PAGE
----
plumbeous

plumbeous

(ˈplʌmbɪəs)
adj
(Elements & Compounds) made of or relating to lead or resembling lead in colour
[C16: from Latin plumbeus leaden, from plumbum lead]
Mentioned in ?
References in periodicals archive ?
In May, Jon Grainger discovered and photographed a plumbeous vireo in Bolingbrook, a first state record.
The marsh crocodile, olive ridley and green marine turtles, endemic and threatened species of fish (such as the mahasheer) and schools of plumbeous dolphins are known to be found in areas around the Hingol River.
Frequent visitors to the saltlick during the day include two species of primates, red howler monkeys (Alouatta seniculus) and white-bellied spider monkeys (Ateles belzebuth), and several species of birds, including common piping guan (Pipile pipile), plumbeous pigeon (Columba plumbea), ruddy quail-dove (Geotrygon montana), speckled chachalaca (Ortalisguttata), mealy amazon (Amazona farinosa) and yellow-crowned amazon (Amazona ochrocephala).
Moreover, the legs are brownish, plumbeous or slaty-brown rather than flesh-coloured (Showler and Davidson, 1999).
If something is plumbeous, what metal's colour does it look like?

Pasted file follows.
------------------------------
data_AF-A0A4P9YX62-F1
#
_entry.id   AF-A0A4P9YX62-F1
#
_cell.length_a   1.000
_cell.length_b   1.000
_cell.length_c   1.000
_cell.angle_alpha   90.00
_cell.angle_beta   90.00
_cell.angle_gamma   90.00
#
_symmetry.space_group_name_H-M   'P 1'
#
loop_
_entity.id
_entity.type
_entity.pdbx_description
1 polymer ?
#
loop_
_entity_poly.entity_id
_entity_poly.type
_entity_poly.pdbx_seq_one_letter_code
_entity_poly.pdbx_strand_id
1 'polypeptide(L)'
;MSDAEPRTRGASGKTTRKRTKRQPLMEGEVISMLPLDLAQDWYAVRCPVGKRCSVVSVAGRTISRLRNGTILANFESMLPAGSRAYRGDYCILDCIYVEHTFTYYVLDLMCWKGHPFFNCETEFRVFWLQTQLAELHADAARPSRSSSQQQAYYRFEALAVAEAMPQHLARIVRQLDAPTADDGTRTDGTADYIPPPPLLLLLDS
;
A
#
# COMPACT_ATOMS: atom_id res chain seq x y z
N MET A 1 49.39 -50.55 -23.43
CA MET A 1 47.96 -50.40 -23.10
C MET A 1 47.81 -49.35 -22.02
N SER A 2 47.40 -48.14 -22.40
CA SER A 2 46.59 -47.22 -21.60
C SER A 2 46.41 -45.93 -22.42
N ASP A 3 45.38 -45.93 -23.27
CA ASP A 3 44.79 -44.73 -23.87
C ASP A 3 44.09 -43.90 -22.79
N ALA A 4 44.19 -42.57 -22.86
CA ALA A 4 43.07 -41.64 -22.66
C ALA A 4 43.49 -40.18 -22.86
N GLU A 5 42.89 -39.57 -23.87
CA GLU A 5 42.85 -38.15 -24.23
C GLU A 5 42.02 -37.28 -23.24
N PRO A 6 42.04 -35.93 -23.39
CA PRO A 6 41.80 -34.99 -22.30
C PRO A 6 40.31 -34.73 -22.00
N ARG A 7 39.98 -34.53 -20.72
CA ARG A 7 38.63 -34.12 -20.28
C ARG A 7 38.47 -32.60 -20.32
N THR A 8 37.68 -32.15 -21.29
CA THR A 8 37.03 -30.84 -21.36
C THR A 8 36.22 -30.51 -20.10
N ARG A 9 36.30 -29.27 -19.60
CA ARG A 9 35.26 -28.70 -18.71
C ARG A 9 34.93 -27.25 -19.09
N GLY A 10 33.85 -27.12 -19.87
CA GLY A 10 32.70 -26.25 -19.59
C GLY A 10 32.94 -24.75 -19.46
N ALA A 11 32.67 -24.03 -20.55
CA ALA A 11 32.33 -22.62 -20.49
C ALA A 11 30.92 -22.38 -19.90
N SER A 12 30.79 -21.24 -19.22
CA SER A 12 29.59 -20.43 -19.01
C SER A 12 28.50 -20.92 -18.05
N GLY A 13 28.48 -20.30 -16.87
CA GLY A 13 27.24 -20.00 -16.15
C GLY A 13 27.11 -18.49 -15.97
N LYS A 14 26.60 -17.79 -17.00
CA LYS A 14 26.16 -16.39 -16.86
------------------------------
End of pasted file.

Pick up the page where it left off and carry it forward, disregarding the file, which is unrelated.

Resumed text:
House finches and plumbeous vireos are two examples, Francis said.
Besides a large variety of marine fish, the plumbeous dolphin, the beaked dolphin or blue whale, and a variety of skates frequent the seas along the Sindh coast.
o find out which species will be most threatened by an increasingly noisy world and whether closely related species respond similarly to noise, Francis and his colleagues surveyed two closely related species with similar songs -the grey vireo and the plumbeous vireo - both living near natural gas extraction sites in the Bureau of Land Management's Rattlesnake Canyon Wildlife Area in northern New Mexico.
"Plumbeous vireos raised the pitch of the lowest part of their song, while grey vireos raised the pitch of the highest part of their song," said Francis.
(g) Includes black-throated gray warbler Setaphaga nigrescens), plumbeous vireo Vireo plumbeus), and warbling vireo Vireo gilvus).
We studied nesting behavior of the blue-gray gnatcatcher (Polioptila caerulea), plumbeous vireo (Vireo plumbeus), and western tanager (Piranga ludoviciana) in pinyon juniper (Pinus-Juniperus) woodlands in New Mexico.